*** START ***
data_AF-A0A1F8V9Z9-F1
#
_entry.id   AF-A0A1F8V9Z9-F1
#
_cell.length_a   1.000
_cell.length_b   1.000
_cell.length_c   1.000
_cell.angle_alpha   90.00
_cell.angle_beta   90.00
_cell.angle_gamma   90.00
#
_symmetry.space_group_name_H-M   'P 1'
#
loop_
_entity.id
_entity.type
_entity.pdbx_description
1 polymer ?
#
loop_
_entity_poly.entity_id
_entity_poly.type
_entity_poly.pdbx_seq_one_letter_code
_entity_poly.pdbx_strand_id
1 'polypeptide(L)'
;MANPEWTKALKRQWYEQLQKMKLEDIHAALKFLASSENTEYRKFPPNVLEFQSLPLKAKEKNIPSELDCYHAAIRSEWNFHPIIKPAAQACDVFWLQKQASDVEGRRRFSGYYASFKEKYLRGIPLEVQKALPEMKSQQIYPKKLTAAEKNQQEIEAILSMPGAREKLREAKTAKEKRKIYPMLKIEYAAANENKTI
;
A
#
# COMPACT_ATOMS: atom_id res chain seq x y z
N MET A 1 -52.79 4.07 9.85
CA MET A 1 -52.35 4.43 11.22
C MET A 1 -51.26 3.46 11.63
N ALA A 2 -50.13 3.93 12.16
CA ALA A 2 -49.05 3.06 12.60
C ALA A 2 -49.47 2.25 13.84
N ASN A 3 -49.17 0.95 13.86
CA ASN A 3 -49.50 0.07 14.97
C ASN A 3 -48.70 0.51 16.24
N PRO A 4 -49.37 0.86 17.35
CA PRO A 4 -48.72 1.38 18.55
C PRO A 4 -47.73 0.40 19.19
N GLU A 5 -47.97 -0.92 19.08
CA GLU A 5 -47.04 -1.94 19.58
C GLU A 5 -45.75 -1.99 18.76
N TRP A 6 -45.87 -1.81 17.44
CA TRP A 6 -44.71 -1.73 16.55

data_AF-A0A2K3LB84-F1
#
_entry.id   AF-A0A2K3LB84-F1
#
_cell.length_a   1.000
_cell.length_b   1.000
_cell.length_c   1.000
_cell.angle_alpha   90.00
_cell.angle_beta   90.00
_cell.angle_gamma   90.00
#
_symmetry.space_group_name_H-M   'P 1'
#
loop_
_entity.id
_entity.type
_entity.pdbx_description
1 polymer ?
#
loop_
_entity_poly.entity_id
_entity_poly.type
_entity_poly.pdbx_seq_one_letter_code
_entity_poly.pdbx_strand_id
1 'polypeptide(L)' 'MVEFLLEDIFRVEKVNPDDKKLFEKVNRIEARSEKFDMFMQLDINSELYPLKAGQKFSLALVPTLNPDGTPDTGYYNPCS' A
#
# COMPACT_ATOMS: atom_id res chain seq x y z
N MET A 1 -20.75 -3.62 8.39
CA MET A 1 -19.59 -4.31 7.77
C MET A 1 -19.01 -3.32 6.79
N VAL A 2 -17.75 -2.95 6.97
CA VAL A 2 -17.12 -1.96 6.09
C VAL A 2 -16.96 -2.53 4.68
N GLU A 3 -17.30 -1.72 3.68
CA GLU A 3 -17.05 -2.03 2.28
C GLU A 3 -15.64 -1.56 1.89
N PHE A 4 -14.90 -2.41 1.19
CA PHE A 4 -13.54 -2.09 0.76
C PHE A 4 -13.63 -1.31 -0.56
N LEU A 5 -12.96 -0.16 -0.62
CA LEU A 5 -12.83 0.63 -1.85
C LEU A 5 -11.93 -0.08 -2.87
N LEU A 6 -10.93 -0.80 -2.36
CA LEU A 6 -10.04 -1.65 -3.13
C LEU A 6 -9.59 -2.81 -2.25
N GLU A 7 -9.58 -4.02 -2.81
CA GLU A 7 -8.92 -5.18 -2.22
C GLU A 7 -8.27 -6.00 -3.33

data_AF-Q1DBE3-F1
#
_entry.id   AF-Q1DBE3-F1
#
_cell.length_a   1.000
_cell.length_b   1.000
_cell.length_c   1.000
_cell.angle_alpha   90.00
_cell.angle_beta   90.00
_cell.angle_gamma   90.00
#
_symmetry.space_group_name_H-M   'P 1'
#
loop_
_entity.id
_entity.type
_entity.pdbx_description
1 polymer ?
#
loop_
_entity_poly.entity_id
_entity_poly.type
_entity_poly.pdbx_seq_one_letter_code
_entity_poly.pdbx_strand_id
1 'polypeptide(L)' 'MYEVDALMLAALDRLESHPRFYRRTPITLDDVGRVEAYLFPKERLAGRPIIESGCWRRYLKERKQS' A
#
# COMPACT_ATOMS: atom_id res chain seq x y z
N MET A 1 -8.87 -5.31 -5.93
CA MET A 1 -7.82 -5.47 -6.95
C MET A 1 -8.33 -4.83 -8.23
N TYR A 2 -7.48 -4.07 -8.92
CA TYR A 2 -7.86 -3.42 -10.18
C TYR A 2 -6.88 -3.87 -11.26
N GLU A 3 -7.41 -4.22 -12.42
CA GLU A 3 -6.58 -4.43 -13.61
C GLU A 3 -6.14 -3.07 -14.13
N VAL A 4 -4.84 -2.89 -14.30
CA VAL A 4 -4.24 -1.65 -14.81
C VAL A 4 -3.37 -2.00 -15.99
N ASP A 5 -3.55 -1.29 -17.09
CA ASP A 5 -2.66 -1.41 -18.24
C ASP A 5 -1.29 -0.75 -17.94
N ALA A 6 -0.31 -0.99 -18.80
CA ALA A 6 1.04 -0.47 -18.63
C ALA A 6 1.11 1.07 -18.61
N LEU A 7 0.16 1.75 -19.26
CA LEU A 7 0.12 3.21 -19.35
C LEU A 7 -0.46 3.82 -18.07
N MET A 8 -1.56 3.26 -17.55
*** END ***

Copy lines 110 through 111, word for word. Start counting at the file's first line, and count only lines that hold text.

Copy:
_entity.id
_entity.type